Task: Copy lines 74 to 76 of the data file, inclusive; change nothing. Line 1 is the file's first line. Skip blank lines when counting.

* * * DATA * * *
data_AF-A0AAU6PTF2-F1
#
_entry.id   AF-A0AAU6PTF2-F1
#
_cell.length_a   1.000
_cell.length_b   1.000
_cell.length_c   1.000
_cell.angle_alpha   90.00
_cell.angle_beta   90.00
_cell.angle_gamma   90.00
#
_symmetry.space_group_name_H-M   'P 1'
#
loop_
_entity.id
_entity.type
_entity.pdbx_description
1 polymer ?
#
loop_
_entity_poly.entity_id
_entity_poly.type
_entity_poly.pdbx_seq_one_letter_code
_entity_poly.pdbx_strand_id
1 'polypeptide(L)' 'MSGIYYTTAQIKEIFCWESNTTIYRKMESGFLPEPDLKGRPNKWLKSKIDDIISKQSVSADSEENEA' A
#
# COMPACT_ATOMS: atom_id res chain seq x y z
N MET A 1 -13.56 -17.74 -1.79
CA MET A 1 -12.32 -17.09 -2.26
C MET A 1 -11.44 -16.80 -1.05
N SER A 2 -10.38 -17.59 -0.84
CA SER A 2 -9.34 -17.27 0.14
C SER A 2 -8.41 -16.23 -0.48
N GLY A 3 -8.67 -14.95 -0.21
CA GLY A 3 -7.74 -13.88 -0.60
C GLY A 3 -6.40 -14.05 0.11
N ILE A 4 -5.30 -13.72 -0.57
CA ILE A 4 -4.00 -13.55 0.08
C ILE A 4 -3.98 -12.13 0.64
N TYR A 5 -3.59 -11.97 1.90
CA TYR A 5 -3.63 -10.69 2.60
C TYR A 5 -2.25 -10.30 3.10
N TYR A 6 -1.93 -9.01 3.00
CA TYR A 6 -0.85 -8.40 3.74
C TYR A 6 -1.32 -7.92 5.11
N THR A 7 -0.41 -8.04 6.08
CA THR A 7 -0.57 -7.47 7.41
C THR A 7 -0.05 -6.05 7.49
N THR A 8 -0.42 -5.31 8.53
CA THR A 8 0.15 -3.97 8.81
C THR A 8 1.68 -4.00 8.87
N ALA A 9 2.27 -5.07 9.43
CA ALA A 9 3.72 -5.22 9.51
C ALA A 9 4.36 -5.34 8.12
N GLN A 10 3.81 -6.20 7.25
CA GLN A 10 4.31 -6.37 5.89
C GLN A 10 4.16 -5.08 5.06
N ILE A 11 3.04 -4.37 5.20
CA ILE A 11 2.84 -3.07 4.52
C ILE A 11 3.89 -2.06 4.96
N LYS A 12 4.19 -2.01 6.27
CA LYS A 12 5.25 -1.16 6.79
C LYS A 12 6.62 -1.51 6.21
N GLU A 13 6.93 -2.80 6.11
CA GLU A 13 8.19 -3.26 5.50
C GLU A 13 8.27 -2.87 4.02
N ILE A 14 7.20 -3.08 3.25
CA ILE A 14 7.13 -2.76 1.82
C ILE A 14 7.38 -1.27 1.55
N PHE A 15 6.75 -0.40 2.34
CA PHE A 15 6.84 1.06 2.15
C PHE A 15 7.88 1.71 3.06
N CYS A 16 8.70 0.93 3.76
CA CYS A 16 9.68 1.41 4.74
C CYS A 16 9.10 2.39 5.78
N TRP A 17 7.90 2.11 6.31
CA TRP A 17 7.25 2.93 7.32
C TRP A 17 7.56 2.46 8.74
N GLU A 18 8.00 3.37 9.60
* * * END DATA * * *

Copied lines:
CA CYS A 16 9.68 1.41 4.74
C CYS A 16 9.10 2.39 5.78
N TRP A 17 7.90 2.11 6.31